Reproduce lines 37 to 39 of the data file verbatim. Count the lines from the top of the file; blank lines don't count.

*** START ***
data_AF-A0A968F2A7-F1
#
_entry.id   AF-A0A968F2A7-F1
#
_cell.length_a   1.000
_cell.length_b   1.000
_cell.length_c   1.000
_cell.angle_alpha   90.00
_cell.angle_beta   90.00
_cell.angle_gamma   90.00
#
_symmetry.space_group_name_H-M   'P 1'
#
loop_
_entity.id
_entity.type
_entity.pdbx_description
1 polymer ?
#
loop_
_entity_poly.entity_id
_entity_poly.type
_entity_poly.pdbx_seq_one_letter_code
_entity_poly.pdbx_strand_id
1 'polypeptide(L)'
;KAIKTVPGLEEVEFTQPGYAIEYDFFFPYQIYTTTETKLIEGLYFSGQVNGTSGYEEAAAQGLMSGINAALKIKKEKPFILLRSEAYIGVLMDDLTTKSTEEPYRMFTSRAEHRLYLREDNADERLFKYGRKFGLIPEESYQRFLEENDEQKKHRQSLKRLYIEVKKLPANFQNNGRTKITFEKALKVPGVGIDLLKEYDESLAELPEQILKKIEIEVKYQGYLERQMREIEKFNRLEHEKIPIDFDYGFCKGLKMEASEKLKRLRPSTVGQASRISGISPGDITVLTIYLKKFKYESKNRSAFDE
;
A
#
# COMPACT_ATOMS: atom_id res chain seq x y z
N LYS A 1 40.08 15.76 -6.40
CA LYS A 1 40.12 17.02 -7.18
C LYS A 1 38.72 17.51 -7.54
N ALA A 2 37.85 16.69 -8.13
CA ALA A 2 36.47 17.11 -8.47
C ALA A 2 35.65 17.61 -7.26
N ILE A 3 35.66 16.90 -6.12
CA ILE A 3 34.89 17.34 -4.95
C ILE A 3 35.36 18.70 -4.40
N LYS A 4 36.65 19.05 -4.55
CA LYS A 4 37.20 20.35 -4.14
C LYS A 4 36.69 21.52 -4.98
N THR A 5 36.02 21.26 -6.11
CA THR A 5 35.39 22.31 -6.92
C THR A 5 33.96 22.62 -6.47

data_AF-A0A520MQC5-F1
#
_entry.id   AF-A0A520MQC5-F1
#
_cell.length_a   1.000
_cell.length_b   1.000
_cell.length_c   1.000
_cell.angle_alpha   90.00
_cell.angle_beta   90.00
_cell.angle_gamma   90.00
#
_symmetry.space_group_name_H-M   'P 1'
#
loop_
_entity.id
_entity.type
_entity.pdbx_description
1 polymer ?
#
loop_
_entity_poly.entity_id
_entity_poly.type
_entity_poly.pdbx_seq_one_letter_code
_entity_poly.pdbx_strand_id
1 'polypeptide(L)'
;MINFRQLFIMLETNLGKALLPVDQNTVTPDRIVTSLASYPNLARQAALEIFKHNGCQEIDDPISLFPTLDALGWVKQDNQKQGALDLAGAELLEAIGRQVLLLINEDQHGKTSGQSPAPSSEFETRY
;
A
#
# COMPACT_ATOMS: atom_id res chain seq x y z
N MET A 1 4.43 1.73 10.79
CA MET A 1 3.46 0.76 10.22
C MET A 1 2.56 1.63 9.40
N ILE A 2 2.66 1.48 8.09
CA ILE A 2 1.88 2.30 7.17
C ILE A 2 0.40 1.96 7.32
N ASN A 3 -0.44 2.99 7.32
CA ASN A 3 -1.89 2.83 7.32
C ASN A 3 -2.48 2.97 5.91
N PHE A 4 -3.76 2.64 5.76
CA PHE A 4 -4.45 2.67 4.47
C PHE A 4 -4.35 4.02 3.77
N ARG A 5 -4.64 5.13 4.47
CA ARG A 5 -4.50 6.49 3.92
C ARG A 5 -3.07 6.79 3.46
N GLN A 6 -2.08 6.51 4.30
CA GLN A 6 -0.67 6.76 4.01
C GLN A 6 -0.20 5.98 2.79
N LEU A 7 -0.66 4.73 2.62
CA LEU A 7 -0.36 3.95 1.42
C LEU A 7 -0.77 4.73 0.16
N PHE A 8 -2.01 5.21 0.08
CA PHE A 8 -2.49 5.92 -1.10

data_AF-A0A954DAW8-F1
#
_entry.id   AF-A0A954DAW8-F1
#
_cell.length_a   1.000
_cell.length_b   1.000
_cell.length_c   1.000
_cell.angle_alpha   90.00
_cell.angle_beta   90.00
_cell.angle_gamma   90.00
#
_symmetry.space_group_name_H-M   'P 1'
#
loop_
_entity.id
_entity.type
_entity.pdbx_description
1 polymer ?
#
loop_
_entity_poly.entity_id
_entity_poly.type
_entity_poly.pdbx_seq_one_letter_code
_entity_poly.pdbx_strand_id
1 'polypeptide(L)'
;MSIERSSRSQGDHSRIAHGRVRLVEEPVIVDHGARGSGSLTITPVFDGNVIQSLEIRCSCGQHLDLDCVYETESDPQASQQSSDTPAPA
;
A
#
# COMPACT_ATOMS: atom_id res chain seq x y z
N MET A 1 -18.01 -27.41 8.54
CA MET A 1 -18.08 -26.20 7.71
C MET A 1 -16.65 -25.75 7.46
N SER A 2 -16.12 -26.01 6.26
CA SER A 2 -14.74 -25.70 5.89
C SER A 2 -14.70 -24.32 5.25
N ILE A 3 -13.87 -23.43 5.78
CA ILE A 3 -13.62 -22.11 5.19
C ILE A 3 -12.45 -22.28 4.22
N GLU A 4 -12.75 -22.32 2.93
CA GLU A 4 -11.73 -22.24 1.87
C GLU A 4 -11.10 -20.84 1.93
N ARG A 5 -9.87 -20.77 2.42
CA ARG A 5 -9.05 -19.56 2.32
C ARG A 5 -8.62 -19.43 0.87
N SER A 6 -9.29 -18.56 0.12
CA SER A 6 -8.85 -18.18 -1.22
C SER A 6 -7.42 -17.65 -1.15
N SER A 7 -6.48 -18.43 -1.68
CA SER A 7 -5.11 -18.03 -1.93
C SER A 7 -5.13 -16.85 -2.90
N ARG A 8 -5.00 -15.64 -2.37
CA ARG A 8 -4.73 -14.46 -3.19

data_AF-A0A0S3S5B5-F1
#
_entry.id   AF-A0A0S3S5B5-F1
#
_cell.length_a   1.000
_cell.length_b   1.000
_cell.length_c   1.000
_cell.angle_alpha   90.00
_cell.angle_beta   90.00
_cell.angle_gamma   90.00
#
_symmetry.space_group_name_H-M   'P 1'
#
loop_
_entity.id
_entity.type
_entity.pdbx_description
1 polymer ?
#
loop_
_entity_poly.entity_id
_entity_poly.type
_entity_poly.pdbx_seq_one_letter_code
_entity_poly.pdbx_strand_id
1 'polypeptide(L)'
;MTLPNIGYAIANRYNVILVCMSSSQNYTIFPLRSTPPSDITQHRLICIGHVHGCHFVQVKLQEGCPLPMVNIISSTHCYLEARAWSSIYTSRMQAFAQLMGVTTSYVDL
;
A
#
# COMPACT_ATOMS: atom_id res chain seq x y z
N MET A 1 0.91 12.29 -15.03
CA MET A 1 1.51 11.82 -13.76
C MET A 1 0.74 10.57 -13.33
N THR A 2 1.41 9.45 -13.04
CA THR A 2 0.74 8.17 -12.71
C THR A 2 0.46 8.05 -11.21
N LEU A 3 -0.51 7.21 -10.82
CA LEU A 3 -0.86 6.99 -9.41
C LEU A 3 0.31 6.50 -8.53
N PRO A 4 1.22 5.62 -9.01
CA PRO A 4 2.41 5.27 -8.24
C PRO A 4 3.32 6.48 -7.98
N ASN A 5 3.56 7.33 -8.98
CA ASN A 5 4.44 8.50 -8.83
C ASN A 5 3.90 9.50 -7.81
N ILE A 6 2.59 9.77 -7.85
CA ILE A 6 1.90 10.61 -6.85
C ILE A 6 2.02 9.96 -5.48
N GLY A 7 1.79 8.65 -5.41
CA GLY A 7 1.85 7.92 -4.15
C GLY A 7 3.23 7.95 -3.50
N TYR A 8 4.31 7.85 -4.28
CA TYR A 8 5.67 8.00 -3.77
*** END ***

N ILE A 3 35.66 16.90 -6.12
CA ILE A 3 34.89 17.34 -4.95
C ILE A 3 35.36 18.70 -4.40